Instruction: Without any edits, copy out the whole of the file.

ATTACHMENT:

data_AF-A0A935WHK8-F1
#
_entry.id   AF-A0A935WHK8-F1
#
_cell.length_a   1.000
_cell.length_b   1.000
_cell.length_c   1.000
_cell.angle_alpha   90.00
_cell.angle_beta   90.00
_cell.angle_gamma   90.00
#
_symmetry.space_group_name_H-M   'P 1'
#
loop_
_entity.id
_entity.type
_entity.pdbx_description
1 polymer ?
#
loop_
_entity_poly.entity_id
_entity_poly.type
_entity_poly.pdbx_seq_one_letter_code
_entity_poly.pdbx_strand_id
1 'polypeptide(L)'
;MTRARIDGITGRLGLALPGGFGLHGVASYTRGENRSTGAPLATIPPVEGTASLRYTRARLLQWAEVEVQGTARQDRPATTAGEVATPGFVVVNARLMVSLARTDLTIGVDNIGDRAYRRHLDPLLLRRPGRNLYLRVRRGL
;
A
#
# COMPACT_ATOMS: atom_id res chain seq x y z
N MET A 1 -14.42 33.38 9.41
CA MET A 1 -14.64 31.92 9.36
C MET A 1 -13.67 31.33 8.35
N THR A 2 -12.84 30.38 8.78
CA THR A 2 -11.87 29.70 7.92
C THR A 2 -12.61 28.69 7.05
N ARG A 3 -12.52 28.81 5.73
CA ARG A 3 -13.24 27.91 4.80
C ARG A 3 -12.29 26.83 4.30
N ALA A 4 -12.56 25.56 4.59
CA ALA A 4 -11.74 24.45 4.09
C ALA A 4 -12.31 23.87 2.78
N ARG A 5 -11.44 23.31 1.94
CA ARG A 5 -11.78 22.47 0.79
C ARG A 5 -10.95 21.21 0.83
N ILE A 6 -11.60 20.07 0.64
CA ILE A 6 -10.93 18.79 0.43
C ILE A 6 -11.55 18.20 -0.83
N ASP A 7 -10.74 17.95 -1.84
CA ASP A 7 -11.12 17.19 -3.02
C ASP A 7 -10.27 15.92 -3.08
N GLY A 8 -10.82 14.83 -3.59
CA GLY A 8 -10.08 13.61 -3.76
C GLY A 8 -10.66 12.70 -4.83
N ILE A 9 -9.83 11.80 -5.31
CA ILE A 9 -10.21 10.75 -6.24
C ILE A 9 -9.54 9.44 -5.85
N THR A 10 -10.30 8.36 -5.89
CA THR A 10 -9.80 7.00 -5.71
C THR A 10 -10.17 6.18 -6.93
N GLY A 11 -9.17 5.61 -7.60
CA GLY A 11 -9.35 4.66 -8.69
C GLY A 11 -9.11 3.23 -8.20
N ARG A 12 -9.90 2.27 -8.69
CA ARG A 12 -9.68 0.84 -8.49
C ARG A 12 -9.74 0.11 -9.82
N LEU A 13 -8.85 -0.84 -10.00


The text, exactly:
data_AF-A0A935WHK8-F1
#
_entry.id   AF-A0A935WHK8-F1
#
_cell.length_a   1.000
_cell.length_b   1.000
_cell.length_c   1.000
_cell.angle_alpha   90.00
_cell.angle_beta   90.00
_cell.angle_gamma   90.00
#
_symmetry.space_group_name_H-M   'P 1'
#
loop_
_entity.id
_entity.type
_entity.pdbx_description
1 polymer ?
#
loop_
_entity_poly.entity_id
_entity_poly.type
_entity_poly.pdbx_seq_one_letter_code
_entity_poly.pdbx_strand_id
1 'polypeptide(L)'
;MTRARIDGITGRLGLALPGGFGLHGVASYTRGENRSTGAPLATIPPVEGTASLRYTRARLLQWAEVEVQGTARQDRPATTAGEVATPGFVVVNARLMVSLARTDLTIGVDNIGDRAYRRHLDPLLLRRPGRNLYLRVRRGL
;
A
#
# COMPACT_ATOMS: atom_id res chain seq x y z
N MET A 1 -14.42 33.38 9.41
CA MET A 1 -14.64 31.92 9.36
C MET A 1 -13.67 31.33 8.35
N THR A 2 -12.84 30.38 8.78
CA THR A 2 -11.87 29.70 7.92
C THR A 2 -12.61 28.69 7.05
N ARG A 3 -12.52 28.81 5.73
CA ARG A 3 -13.24 27.91 4.80
C ARG A 3 -12.29 26.83 4.30
N ALA A 4 -12.56 25.56 4.59
CA ALA A 4 -11.74 24.45 4.09
C ALA A 4 -12.31 23.87 2.78
N ARG A 5 -11.44 23.31 1.94
CA ARG A 5 -11.78 22.47 0.79
C ARG A 5 -10.95 21.21 0.83
N ILE A 6 -11.60 20.07 0.64
CA ILE A 6 -10.93 18.79 0.43
C ILE A 6 -11.55 18.20 -0.83
N ASP A 7 -10.74 17.95 -1.84
CA ASP A 7 -11.12 17.19 -3.02
C ASP A 7 -10.27 15.92 -3.08
N GLY A 8 -10.82 14.83 -3.59
CA GLY A 8 -10.08 13.61 -3.76
C GLY A 8 -10.66 12.70 -4.83
N ILE A 9 -9.83 11.80 -5.31
CA ILE A 9 -10.21 10.75 -6.24
C ILE A 9 -9.54 9.44 -5.85
N THR A 10 -10.30 8.36 -5.89
CA THR A 10 -9.80 7.00 -5.71
C THR A 10 -10.17 6.18 -6.93
N GLY A 11 -9.17 5.61 -7.60
CA GLY A 11 -9.35 4.66 -8.69
C GLY A 11 -9.11 3.23 -8.20
N ARG A 12 -9.90 2.27 -8.69
CA ARG A 12 -9.68 0.84 -8.49
C ARG A 12 -9.74 0.11 -9.82
N LEU A 13 -8.85 -0.84 -10.00